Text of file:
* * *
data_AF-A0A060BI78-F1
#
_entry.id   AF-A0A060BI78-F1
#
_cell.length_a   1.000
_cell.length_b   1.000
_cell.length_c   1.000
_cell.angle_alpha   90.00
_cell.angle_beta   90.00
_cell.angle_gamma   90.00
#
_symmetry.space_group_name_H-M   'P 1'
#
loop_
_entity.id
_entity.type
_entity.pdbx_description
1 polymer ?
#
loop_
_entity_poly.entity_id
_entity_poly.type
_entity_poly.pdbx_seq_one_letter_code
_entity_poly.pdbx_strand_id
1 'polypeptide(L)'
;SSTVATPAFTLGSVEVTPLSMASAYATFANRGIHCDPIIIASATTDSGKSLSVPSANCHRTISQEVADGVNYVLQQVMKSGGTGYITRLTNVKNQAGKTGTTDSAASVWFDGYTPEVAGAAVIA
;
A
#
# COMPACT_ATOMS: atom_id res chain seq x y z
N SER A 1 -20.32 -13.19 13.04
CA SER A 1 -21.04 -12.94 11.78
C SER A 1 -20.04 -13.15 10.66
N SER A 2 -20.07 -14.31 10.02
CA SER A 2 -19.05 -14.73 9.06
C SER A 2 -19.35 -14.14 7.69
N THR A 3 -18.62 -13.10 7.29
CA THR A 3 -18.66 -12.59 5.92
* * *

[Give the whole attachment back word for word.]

data_AF-A0A060BI78-F1
#
_entry.id   AF-A0A060BI78-F1
#
_cell.length_a   1.000
_cell.length_b   1.000
_cell.length_c   1.000
_cell.angle_alpha   90.00
_cell.angle_beta   90.00
_cell.angle_gamma   90.00
#
_symmetry.space_group_name_H-M   'P 1'
#
loop_
_entity.id
_entity.type
_entity.pdbx_description
1 polymer ?
#
loop_
_entity_poly.entity_id
_entity_poly.type
_entity_poly.pdbx_seq_one_letter_code
_entity_poly.pdbx_strand_id
1 'polypeptide(L)'
;SSTVATPAFTLGSVEVTPLSMASAYATFANRGIHCDPIIIASATTDSGKSLSVPSANCHRTISQEVADGVNYVLQQVMKSGGTGYITRLTNVKNQAGKTGTTDSAASVWFDGYTPEVAGAAVIA
;
A
#
# COMPACT_ATOMS: atom_id res chain seq x y z
N SER A 1 -20.32 -13.19 13.04
CA SER A 1 -21.04 -12.94 11.78
C SER A 1 -20.04 -13.15 10.66
N SER A 2 -20.07 -14.31 10.02
CA SER A 2 -19.05 -14.73 9.06
C SER A 2 -19.35 -14.14 7.69
N THR A 3 -18.62 -13.10 7.29
CA THR A 3 -18.66 -12.59 5.92